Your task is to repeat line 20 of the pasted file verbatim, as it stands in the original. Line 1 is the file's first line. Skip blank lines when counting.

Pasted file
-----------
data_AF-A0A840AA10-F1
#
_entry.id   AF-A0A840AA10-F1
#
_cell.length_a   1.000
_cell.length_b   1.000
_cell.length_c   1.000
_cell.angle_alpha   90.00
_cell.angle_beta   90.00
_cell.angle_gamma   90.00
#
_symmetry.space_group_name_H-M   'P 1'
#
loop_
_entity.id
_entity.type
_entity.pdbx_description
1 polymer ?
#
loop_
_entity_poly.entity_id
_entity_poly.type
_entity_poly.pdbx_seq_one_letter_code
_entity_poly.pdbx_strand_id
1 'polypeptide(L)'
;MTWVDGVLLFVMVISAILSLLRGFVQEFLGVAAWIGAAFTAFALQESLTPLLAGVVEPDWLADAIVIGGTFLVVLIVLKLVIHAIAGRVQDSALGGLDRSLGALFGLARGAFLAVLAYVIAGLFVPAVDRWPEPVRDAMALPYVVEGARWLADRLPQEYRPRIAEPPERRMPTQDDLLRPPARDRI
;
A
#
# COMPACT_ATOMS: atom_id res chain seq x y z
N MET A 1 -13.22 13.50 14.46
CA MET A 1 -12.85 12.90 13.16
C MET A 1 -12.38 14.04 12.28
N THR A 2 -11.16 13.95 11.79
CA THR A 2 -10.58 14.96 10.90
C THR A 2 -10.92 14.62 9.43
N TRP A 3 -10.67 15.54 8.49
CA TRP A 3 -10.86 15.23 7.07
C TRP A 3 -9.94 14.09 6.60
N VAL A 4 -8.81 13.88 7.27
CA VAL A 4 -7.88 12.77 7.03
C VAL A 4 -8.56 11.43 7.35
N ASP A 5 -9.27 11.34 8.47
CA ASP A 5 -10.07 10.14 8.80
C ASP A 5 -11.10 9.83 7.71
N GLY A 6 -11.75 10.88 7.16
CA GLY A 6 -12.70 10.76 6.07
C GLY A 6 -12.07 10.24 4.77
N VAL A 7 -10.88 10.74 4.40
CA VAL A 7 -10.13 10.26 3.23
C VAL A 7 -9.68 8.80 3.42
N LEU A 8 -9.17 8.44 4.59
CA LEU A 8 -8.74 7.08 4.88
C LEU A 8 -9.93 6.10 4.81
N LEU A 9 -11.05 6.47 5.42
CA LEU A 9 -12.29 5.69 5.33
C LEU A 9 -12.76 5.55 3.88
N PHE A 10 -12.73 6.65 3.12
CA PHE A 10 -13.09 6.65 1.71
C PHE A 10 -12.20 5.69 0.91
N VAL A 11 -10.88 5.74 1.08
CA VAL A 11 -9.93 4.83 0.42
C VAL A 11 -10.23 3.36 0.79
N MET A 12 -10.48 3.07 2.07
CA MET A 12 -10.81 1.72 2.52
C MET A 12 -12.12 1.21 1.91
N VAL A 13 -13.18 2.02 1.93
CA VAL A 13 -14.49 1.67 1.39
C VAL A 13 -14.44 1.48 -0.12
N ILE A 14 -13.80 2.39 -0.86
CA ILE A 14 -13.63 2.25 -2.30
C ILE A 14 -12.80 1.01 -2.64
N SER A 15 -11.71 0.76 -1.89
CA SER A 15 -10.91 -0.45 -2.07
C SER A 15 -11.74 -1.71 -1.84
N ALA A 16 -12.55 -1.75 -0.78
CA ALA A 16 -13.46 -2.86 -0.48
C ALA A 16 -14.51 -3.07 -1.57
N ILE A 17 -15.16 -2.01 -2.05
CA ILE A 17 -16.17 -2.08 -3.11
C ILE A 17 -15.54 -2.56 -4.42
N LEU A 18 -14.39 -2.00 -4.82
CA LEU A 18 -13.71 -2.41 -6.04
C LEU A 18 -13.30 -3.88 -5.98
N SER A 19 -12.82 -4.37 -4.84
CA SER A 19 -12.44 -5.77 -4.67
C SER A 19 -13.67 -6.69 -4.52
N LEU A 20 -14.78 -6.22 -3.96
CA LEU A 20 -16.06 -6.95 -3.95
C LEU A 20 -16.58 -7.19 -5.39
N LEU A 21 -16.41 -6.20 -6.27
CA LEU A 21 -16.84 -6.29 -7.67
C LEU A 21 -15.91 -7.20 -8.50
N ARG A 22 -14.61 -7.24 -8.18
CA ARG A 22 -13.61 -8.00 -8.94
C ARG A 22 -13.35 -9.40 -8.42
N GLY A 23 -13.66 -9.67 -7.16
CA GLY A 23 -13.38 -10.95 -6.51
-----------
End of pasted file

loop_